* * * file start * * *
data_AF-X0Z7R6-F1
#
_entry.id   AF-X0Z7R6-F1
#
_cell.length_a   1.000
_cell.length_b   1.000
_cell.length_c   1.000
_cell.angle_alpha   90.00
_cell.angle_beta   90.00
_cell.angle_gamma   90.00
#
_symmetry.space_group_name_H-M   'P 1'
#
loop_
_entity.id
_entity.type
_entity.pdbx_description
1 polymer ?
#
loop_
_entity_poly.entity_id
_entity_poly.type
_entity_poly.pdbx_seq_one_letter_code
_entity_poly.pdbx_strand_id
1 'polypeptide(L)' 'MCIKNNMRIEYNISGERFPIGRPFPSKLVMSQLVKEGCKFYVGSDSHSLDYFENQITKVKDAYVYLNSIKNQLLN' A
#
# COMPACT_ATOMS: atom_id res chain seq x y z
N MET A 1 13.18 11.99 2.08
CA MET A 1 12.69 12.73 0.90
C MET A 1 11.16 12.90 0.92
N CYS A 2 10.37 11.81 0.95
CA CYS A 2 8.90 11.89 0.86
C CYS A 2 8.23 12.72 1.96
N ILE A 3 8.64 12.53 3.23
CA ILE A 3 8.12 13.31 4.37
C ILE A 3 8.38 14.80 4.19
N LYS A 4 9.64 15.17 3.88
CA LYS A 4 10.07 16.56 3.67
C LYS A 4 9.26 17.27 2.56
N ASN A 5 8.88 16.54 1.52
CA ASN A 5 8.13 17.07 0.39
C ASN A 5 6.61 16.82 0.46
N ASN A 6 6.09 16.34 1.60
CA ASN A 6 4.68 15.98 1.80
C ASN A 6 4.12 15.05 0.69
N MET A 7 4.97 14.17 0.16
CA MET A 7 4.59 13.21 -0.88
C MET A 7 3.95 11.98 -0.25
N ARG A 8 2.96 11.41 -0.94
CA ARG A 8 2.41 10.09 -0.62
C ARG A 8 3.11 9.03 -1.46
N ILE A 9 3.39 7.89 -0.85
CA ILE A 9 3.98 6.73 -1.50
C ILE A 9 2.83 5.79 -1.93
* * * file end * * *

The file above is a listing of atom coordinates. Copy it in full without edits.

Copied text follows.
data_AF-X0Z7R6-F1
#
_entry.id   AF-X0Z7R6-F1
#
_cell.length_a   1.000
_cell.length_b   1.000
_cell.length_c   1.000
_cell.angle_alpha   90.00
_cell.angle_beta   90.00
_cell.angle_gamma   90.00
#
_symmetry.space_group_name_H-M   'P 1'
#
loop_
_entity.id
_entity.type
_entity.pdbx_description
1 polymer ?
#
loop_
_entity_poly.entity_id
_entity_poly.type
_entity_poly.pdbx_seq_one_letter_code
_entity_poly.pdbx_strand_id
1 'polypeptide(L)' 'MCIKNNMRIEYNISGERFPIGRPFPSKLVMSQLVKEGCKFYVGSDSHSLDYFENQITKVKDAYVYLNSIKNQLLN' A
#
# COMPACT_ATOMS: atom_id res chain seq x y z
N MET A 1 13.18 11.99 2.08
CA MET A 1 12.69 12.73 0.90
C MET A 1 11.16 12.90 0.92
N CYS A 2 10.37 11.81 0.95
CA CYS A 2 8.90 11.89 0.86
C CYS A 2 8.23 12.72 1.96
N ILE A 3 8.64 12.53 3.23
CA ILE A 3 8.12 13.31 4.37
C ILE A 3 8.38 14.80 4.19
N LYS A 4 9.64 15.17 3.88
CA LYS A 4 10.07 16.56 3.67
C LYS A 4 9.26 17.27 2.56
N ASN A 5 8.88 16.54 1.52
CA ASN A 5 8.13 17.07 0.39
C ASN A 5 6.61 16.82 0.46
N ASN A 6 6.09 16.34 1.60
CA ASN A 6 4.68 15.98 1.80
C ASN A 6 4.12 15.05 0.69
N MET A 7 4.97 14.17 0.16
CA MET A 7 4.59 13.21 -0.88
C MET A 7 3.95 11.98 -0.25
N ARG A 8 2.96 11.41 -0.94
CA ARG A 8 2.41 10.09 -0.62
C ARG A 8 3.11 9.03 -1.46
N ILE A 9 3.39 7.89 -0.85
CA ILE A 9 3.98 6.73 -1.50
C ILE A 9 2.83 5.79 -1.93